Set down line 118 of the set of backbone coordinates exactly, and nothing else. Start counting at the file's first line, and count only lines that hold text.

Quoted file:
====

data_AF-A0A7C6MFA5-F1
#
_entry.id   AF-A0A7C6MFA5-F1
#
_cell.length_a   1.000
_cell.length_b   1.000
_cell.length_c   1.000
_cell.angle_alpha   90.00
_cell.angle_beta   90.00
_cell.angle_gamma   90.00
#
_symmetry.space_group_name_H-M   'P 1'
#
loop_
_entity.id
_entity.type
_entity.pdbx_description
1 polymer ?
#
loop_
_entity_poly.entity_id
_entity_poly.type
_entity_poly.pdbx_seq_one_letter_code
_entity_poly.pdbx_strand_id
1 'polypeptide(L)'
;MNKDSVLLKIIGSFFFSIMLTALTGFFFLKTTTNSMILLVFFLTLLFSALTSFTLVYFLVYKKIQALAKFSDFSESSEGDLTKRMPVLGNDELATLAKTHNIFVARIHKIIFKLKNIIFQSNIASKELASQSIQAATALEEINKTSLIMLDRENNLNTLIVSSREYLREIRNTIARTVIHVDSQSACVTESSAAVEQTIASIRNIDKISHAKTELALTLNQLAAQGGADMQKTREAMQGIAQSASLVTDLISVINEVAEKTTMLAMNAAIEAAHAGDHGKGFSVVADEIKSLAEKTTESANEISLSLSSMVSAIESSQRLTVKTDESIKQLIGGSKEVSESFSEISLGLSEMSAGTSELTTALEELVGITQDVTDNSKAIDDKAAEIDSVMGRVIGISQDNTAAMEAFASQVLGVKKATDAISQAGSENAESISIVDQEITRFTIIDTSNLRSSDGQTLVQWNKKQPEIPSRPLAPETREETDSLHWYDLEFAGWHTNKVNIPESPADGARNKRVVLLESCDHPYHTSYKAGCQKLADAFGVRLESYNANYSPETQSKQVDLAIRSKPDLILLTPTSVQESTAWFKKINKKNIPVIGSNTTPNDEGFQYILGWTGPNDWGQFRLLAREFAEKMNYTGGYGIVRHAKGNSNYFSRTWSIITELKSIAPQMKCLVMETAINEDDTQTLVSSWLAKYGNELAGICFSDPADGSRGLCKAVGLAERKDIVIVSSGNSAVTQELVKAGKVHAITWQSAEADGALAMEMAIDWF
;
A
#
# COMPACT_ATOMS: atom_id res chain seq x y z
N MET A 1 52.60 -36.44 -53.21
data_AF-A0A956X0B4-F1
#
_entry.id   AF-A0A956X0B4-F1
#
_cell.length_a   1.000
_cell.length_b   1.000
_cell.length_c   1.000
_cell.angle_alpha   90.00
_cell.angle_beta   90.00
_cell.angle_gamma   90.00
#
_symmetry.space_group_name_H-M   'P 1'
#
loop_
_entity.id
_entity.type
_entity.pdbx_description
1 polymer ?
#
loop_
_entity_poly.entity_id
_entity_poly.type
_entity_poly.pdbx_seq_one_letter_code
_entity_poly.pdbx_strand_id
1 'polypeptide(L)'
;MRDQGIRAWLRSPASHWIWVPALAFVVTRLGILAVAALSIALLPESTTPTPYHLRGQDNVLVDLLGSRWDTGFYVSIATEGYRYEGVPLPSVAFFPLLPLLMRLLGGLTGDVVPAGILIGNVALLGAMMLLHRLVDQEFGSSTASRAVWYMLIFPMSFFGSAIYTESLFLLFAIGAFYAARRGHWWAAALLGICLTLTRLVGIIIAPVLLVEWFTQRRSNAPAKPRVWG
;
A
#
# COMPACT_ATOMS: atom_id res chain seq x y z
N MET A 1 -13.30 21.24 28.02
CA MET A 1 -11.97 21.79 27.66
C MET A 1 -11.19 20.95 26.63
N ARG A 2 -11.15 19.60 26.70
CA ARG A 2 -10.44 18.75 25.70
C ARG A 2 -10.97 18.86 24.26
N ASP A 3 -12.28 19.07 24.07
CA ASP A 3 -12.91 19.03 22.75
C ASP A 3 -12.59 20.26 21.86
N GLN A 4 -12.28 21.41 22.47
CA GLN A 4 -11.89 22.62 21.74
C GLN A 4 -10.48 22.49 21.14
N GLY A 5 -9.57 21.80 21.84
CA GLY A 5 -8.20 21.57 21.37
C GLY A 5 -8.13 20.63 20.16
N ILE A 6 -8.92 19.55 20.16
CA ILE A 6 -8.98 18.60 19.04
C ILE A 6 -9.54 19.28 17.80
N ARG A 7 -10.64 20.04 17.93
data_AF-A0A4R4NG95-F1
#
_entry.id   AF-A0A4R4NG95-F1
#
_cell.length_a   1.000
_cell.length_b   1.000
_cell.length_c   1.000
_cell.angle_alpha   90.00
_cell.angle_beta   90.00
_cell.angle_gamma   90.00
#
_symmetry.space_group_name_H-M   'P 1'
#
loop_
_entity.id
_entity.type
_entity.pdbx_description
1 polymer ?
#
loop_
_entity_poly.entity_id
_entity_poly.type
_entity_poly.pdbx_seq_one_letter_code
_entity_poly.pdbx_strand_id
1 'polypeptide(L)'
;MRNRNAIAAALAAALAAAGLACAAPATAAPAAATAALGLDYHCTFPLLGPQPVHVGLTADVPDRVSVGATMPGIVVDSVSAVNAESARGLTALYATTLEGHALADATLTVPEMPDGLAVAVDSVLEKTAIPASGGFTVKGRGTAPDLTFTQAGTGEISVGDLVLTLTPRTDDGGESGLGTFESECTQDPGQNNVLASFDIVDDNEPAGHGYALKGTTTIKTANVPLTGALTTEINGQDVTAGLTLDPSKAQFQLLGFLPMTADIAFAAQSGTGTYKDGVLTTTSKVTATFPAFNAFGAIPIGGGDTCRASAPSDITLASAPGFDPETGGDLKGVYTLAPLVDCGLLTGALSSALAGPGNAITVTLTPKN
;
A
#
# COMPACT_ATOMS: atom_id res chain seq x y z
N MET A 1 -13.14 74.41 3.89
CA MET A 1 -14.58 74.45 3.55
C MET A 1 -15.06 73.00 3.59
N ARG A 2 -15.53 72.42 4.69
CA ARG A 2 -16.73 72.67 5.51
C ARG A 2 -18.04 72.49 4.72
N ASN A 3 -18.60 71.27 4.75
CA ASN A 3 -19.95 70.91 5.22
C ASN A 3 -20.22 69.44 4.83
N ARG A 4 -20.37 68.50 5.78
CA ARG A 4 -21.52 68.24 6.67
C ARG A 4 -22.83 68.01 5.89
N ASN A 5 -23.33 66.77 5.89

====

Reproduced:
CA ASN A 3 -19.95 70.91 5.22